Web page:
Mobile received the highest amount at nearly half a million dollars. It was denied about $3,000 for video projector equipment that Merrill said could be used for other things and therefore can be applied for through other programs.
Nor did the county get almost $80,000 for mailers to notify voters whose smaller polling locations have been moved to larger spaces per federal social distancing guidelines. Merrill said that mailers have already been sent to every voter, rendering that cost unnecessary. His office also denied more than $15,000 for tents that would have sheltered voters waiting on lines because, he said, seniors can go to the front of any lines and others can wait in their cars if the weather compels them to.
Sumter County was denied $4,430.38 that it wanted to pay for people to take temperatures at polling sites. Merrill said that student volunteers can do that at no cost per state law.
Dallas County was the only county to request funds to supply every poll worker, election official, law enforcement officer and voter with personal protection equipment like masks, gloves, hand sanitizer, face shields and wipes. Officials asked for and received $22,950 for PPE.
“I thought that that was a great use of their resources because they probably would not have been able to purchase something like that,” Merrill said.
Counties will be eligible for another round of funding for the November elections.
National Association for Gun Rights endorses Tuberville
The National Association for Gun Rights Political Action Committee last week announced its endorsement of former Auburn coach Tommy Tuberville in the Republican primary runoff election for U.S. Senate.
NAGR-PAC is an affiliated PAC of the National Association of Gun Rights, which is the nation’s second largest pro-gun organization, which counts 4.5 million members and supporters nationwide.
“Tommy Tuberville scored a perfect 100% on the NAGR survey and has pledged to support the Second Amendment and fight back against illegal gun grabs as a member of the U.S. Senate,” said NAGR-PAC Chairman Dudley Brown. “Tuberville’s position stands is in stark contrast to Jeff Sessions, who has supported gun control his entire career.”
“The fact that Tommy Tuberville is not a career politician is quite refreshing, and we look forward to working with him in the U.S. Senate,” Brown said. “Coach Tuberville is a gun owner who enjoys hunting and understands the importance of our Second Amendment rights.”
Tuberville has made gun rights a cornerstone of his standard campaign speech. Tuberville offered his appreciation for the endorsement and pledged to be the Second Amendment’s staunchest defender on the floor of the U.S. Senate.
“Too many members of the U.S. Congress believe that the Second Amendment is merely a suggestion and not a hard-earned constitutional right,” Tuberville said. “Whether it is for hunting, sport shooting, home defense, or simply because they want one, every law-abiding U.S. citizen has the right to own a gun, and I will go toe-to-toe with any lawmaker who tries to take away that freedom.”
The largest gun rights group in the country, the National Rifle Association, has endorsed Tuberville’s opponent, former Sen. Jeff Sessions, in the primary runoff.
The NAGR-PAC nod follows the endorsement of President Donald Trump, who has publicly thrown his full support behind Tuberville’s campaign and hosted the retired NCAA football coach aboard Air Force One during a recent trip to Texas.
“Every day we see stark reminders that Americans can’t take their safety for granted,” Tuberville said. “The 2nd Amendment enshrines the right to defend yourself and your loved ones from harm. I’m thrilled to have the endorsement of the National Association for Gun Rights, and will always be a staunch defender of our right to bear arms!”
Tuberville lives in Auburn. He is a native of Arkansas and has been a head football coach for Auburn University, the University of Mississippi, Texas Tech University and the University of Cincinnati. Tuberville was also defensive coordinator at the University of Miami and Texas A&M.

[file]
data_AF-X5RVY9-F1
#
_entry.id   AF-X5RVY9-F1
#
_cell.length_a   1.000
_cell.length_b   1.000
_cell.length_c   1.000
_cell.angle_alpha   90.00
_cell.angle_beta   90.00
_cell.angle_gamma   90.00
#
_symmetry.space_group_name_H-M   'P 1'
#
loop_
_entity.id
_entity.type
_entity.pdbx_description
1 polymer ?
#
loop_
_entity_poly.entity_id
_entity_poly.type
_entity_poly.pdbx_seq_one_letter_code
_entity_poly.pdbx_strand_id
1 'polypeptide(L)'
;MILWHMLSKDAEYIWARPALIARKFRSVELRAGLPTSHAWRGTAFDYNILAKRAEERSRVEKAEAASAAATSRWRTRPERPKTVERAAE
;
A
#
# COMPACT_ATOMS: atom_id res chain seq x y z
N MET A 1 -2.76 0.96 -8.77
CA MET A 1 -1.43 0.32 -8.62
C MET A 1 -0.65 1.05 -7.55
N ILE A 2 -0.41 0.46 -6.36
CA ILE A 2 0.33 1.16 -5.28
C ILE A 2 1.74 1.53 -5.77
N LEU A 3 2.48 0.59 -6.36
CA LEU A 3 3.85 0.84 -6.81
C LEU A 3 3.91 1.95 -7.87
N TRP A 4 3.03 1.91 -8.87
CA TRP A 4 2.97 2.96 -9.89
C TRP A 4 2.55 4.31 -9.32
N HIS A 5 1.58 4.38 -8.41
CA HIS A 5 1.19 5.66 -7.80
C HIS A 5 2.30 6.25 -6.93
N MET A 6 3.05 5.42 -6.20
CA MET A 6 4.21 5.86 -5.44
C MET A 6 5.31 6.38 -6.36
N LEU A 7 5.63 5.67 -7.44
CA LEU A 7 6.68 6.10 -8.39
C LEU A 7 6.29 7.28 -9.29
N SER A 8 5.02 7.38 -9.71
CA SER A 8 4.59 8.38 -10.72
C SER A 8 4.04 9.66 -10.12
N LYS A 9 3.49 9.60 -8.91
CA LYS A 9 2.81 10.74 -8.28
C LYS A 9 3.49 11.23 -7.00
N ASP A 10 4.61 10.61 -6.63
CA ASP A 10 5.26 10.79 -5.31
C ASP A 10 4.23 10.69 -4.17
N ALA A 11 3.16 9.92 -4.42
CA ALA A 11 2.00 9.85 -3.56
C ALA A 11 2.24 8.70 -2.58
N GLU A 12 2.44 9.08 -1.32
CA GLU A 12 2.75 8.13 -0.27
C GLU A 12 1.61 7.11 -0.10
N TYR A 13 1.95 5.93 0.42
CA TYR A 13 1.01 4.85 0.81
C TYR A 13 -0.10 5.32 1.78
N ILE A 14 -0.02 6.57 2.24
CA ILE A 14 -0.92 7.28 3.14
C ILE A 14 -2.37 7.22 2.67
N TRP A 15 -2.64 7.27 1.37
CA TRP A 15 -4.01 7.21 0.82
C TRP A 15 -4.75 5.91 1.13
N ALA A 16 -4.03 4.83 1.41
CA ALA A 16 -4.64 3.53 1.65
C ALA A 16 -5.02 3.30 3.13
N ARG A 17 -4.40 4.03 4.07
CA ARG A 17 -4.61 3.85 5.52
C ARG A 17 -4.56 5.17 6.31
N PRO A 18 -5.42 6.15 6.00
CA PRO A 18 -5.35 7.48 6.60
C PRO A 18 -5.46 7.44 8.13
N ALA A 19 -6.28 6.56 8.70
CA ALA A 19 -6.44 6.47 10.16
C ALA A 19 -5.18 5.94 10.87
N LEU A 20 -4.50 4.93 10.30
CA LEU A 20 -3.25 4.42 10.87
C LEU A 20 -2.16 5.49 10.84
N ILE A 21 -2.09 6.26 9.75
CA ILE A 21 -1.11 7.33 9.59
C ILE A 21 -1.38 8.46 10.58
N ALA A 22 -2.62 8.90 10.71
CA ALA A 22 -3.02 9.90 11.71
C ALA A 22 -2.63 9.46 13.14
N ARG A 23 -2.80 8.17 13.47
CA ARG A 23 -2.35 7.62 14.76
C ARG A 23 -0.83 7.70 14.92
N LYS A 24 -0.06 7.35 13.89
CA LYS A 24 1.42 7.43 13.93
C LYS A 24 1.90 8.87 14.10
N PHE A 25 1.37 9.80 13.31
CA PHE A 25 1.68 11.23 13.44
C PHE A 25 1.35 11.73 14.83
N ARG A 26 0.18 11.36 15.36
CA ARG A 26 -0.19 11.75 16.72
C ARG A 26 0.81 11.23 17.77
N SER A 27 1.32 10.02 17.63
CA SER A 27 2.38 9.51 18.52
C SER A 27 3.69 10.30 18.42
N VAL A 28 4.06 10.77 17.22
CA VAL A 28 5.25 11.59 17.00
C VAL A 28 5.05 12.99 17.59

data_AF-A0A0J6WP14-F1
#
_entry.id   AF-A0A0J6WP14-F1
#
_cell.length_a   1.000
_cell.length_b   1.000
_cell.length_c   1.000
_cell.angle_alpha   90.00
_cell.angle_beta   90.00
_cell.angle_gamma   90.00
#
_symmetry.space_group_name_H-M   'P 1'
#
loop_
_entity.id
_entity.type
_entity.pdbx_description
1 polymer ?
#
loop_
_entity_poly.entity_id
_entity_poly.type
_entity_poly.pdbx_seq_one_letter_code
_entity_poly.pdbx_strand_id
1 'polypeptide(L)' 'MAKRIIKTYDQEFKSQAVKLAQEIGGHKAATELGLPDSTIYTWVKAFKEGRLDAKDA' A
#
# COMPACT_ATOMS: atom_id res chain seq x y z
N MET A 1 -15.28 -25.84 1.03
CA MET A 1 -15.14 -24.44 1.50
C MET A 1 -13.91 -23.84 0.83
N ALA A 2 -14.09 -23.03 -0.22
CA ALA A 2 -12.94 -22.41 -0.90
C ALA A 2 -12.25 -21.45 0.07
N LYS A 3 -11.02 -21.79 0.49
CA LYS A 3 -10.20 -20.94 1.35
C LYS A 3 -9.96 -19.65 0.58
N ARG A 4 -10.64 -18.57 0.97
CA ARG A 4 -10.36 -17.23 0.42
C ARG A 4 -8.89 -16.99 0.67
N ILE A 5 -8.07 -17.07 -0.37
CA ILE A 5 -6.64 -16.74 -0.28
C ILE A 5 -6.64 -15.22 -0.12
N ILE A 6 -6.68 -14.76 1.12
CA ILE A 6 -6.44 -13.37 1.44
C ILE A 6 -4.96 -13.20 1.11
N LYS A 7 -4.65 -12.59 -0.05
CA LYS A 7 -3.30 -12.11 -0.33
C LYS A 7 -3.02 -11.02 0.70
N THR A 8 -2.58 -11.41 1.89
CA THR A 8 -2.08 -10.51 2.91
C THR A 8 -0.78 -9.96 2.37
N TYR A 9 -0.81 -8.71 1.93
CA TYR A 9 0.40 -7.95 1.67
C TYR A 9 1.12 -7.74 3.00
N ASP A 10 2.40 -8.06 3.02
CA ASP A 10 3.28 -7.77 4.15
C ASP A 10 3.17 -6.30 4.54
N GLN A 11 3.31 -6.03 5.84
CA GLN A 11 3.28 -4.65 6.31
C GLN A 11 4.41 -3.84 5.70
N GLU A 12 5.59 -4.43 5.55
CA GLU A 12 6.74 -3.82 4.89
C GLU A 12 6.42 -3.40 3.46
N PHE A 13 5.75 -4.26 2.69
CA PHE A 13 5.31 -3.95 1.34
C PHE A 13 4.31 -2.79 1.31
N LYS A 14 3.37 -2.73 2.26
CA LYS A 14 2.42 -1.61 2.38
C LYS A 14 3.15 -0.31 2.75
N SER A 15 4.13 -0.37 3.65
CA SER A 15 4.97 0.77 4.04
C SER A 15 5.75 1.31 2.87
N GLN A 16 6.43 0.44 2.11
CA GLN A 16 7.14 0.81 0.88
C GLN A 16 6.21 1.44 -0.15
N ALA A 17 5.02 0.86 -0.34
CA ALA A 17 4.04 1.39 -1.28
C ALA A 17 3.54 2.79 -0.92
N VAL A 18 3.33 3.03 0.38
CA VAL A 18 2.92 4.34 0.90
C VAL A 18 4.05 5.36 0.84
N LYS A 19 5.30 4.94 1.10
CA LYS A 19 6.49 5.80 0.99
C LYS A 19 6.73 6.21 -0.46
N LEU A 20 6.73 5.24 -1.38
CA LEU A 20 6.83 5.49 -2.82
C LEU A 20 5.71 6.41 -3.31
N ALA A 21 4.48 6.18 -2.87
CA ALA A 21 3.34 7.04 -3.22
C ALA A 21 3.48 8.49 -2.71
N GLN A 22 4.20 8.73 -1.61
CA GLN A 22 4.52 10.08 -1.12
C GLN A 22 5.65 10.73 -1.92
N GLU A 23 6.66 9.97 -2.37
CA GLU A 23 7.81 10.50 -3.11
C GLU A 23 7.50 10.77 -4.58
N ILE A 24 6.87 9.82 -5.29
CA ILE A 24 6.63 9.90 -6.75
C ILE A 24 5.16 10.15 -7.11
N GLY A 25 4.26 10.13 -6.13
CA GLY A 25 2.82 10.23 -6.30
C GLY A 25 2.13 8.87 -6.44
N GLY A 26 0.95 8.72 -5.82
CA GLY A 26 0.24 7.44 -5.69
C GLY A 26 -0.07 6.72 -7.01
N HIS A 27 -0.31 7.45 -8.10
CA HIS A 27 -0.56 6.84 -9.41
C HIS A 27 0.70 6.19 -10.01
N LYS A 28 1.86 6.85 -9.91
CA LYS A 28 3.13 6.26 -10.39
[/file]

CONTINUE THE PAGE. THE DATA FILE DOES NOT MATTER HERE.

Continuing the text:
The winner of the Republican nomination will face Democratic Sen. Doug Jones, D-Alabama, in the Nov. 3 general election.
Barry Moore emphasizes support for Trump in debate
Congressional candidates Barry Moore and Jeff Coleman both participated in a debate in Dothan on Tuesday, ahead of their runoff in Alabama’s 2nd Congressional District. Moore emphasized his long-standing support for President Donald Trump as well as his farm and military roots and experience serving in the Alabama Legislature.
“I want to thank WTVY for sponsoring this debate, and Reginald Jones for doing such a great job moderating the event,” Moore said in a statement to reporters afterwards. “I’d also like to thank those who watched it live, and who will watch it later online. The people deserved a chance to see both Republican candidates side by side, and WTVY made that possible despite the coronavirus pandemic.”
“Before the lockdown, we ran a strong grassroots campaign, but these last few weeks we’ve had to switch to more social media and online campaigning while trying to help everyone cope with the lockdown as best we could,” Moore said. “Now the people have seen the two of us standing side by side, and they’ve seen us answer questions about the issues and our records. For those who missed seeing it live, we’ve posted it to our campaign Facebook page. I encourage everyone to watch that video and see just who you’ll be voting for next Tuesday.”
“I think that when people see Barry Moore side by side with Jeff Coleman, they’ll realize that Barry Moore is the best conservative choice for District 2,” Moore said. “I’ve supported our President since I was the first elected official in the country to endorse him. I’ve supported our farmers because I grew up on a row crop farm and I know the challenges they face. I’ve supported our military and our Veterans because I’ve served. I term-limited myself in the Legislature, and I support term limits for Congress. I’ve always been pro-life, pro-family, pro-1st, and pro-2nd Amendments. I’ll continue to do all these things when I’m representing the people of this district in Congress.”
There had been some issues between the two campaigns on a debate date that both could agree on.
“I am glad that Mr. Coleman decided to show up to this debate and I want to thank him as well,” Moore concluded.
Moore represented Enterprise in the Alabama legislature from 2010 to 2008. He was part of the first class of Republican legislators to win control of the state Legislature, ending 135 years of Democratic Party dominance. Moore and his wife Heather own a small waste disposal business. Moore is also a veteran, has a degree in agriculture, and is a father.
Moore and Coleman are running in the Republican primary runoff on July 14. The winner will face Democrat Phyllis Harvey-Hall in the November 3 general election. Incumbent Congresswoman Martha Roby, R-Alabama, is retiring after five terms.